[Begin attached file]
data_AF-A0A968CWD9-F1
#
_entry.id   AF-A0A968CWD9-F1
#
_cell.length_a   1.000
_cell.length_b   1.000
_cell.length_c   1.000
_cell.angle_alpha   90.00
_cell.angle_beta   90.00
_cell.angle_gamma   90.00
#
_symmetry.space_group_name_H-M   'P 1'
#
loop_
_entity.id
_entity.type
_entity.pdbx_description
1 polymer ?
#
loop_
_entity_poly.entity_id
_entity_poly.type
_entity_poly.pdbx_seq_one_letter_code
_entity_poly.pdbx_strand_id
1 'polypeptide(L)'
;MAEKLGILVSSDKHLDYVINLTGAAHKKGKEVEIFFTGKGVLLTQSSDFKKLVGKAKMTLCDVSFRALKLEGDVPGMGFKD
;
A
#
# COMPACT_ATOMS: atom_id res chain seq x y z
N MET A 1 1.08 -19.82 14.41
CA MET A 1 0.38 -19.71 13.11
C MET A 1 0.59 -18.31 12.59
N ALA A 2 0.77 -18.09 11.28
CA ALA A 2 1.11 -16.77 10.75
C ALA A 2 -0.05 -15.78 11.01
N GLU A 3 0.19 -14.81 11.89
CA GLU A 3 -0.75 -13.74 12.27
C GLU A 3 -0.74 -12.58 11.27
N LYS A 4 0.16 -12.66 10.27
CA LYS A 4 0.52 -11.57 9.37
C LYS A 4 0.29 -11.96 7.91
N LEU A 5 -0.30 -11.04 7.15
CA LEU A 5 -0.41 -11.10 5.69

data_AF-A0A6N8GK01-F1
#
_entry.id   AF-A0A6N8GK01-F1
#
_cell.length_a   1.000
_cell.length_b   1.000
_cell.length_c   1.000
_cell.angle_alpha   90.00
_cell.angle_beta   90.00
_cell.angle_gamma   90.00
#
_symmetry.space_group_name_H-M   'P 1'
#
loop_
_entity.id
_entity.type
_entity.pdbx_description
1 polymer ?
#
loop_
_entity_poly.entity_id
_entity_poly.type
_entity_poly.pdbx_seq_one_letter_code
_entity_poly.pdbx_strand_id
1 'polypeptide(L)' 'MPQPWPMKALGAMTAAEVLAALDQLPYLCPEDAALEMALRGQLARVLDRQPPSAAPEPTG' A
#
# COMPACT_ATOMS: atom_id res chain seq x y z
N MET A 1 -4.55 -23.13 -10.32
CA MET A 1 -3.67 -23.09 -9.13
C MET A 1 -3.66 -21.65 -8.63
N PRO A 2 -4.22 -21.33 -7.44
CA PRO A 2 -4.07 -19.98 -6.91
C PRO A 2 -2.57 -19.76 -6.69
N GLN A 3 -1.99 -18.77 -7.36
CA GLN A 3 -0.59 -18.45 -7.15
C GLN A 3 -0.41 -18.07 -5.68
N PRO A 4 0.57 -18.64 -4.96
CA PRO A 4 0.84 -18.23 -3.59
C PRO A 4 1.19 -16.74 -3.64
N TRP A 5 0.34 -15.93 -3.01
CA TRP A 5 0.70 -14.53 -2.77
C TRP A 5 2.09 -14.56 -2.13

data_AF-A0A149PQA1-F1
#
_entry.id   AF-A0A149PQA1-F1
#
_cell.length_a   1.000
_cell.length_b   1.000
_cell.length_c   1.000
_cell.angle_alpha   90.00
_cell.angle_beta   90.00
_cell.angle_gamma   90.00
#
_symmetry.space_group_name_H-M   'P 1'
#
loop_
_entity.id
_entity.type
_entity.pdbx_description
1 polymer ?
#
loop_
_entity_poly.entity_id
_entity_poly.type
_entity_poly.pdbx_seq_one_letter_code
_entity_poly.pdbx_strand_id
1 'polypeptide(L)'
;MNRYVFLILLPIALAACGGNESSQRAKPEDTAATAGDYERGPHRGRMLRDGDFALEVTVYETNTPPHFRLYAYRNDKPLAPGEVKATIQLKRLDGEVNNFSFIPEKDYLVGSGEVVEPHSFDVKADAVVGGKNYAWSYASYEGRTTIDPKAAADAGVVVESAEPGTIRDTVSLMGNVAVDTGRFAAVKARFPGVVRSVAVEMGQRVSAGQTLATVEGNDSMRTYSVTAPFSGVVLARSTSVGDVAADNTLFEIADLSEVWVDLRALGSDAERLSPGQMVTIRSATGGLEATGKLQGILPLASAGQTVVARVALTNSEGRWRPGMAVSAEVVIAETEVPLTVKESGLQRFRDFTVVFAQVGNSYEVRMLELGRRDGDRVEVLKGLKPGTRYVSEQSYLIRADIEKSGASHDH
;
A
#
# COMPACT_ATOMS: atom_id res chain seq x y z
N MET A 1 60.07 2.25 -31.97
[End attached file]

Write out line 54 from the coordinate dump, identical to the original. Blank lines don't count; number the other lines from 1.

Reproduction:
_cell.angle_gamma   90.00